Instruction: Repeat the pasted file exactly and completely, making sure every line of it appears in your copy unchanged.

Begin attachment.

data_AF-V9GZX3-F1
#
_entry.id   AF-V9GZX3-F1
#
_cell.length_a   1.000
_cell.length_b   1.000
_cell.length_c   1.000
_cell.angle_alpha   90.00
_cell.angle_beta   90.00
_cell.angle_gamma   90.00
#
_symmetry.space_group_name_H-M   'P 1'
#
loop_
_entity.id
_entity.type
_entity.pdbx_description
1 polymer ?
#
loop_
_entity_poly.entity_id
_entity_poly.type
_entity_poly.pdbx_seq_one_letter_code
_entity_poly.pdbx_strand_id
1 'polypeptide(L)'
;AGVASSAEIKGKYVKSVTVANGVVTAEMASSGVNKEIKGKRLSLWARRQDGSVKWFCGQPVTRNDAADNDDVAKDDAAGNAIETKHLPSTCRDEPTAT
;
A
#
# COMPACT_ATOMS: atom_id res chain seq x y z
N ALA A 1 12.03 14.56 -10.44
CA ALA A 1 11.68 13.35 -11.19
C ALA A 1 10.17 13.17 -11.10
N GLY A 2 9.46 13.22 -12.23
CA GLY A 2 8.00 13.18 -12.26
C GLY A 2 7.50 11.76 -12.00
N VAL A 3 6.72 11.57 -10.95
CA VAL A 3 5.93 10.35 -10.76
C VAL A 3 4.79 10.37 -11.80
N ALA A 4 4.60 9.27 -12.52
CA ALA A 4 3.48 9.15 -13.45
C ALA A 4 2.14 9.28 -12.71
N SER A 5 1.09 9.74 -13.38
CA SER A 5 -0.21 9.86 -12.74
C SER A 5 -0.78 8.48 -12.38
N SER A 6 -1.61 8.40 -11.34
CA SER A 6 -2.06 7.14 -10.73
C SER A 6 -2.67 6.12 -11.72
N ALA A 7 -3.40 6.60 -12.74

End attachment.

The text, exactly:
data_AF-V9GZX3-F1
#
_entry.id   AF-V9GZX3-F1
#
_cell.length_a   1.000
_cell.length_b   1.000
_cell.length_c   1.000
_cell.angle_alpha   90.00
_cell.angle_beta   90.00
_cell.angle_gamma   90.00
#
_symmetry.space_group_name_H-M   'P 1'
#
loop_
_entity.id
_entity.type
_entity.pdbx_description
1 polymer ?
#
loop_
_entity_poly.entity_id
_entity_poly.type
_entity_poly.pdbx_seq_one_letter_code
_entity_poly.pdbx_strand_id
1 'polypeptide(L)'
;AGVASSAEIKGKYVKSVTVANGVVTAEMASSGVNKEIKGKRLSLWARRQDGSVKWFCGQPVTRNDAADNDDVAKDDAAGNAIETKHLPSTCRDEPTAT
;
A
#
# COMPACT_ATOMS: atom_id res chain seq x y z
N ALA A 1 12.03 14.56 -10.44
CA ALA A 1 11.68 13.35 -11.19
C ALA A 1 10.17 13.17 -11.10
N GLY A 2 9.46 13.22 -12.23
CA GLY A 2 8.00 13.18 -12.26
C GLY A 2 7.50 11.76 -12.00
N VAL A 3 6.72 11.57 -10.95
CA VAL A 3 5.93 10.35 -10.76
C VAL A 3 4.79 10.37 -11.80
N ALA A 4 4.60 9.27 -12.52
CA ALA A 4 3.48 9.15 -13.45
C ALA A 4 2.14 9.28 -12.71
N SER A 5 1.09 9.74 -13.38
CA SER A 5 -0.21 9.86 -12.74
C SER A 5 -0.78 8.48 -12.38
N SER A 6 -1.61 8.40 -11.34
CA SER A 6 -2.06 7.14 -10.73
C SER A 6 -2.67 6.12 -11.72
N ALA A 7 -3.40 6.60 -12.74